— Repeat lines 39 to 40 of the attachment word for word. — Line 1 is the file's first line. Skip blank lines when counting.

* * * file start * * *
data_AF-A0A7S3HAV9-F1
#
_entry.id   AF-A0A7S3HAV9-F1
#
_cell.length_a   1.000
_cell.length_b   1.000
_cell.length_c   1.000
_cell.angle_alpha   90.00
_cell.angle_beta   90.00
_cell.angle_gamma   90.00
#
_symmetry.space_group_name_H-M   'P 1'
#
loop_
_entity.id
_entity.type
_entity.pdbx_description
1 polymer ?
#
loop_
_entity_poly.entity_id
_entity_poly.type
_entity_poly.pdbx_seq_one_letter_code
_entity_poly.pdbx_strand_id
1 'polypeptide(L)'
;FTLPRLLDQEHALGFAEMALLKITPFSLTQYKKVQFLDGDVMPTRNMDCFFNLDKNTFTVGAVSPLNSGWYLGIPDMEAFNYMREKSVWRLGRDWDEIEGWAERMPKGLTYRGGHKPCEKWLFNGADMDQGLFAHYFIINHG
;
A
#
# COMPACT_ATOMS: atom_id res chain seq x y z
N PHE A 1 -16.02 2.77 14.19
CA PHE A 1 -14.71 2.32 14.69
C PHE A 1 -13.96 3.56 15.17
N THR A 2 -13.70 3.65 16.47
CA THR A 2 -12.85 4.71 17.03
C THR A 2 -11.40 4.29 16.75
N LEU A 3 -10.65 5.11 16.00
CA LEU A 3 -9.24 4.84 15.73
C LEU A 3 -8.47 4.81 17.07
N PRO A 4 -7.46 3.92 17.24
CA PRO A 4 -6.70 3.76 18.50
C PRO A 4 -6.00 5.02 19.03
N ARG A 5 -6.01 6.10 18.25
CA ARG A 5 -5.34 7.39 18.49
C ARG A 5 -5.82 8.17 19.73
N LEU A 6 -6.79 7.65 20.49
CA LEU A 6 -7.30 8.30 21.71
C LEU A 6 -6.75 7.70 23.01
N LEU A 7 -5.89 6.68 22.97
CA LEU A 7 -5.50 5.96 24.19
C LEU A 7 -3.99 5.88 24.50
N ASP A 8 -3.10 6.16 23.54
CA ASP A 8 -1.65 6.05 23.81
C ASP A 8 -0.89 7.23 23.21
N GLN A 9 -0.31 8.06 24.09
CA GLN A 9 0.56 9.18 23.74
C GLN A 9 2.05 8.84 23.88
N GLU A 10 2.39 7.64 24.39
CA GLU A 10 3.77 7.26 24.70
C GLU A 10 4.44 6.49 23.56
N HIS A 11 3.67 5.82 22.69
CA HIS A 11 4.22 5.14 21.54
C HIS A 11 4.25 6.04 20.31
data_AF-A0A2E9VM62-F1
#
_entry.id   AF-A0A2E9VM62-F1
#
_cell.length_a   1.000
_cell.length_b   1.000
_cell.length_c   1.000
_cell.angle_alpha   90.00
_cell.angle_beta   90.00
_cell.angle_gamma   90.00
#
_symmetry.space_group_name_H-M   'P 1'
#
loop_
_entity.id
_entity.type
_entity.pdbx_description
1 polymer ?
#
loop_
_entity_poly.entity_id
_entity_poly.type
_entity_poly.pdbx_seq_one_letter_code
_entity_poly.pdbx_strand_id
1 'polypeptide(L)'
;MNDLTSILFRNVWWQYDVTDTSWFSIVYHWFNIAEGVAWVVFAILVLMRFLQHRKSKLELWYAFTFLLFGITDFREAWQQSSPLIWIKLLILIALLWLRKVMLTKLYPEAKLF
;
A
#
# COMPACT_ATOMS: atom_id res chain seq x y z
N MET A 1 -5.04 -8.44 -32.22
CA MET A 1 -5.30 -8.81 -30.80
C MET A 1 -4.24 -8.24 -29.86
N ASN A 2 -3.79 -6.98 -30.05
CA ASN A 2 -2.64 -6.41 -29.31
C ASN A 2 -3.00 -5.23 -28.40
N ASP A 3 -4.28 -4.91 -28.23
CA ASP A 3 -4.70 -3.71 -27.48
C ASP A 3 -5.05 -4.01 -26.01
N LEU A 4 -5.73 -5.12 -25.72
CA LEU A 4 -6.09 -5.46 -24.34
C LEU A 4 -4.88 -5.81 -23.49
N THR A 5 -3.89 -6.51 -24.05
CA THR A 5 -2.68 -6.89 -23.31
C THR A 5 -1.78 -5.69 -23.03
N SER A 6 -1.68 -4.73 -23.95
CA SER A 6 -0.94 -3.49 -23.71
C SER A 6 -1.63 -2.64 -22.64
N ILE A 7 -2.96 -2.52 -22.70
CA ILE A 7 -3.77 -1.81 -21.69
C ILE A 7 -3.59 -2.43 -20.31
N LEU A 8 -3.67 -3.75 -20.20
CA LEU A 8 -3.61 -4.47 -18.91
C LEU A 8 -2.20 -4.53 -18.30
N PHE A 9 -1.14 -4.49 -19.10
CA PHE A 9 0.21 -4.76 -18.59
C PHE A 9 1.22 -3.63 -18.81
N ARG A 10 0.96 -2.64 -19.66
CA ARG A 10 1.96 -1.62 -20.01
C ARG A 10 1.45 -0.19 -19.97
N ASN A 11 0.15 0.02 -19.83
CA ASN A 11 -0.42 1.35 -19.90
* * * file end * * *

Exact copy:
C LEU A 3 -8.47 4.81 17.07
N PRO A 4 -7.46 3.92 17.24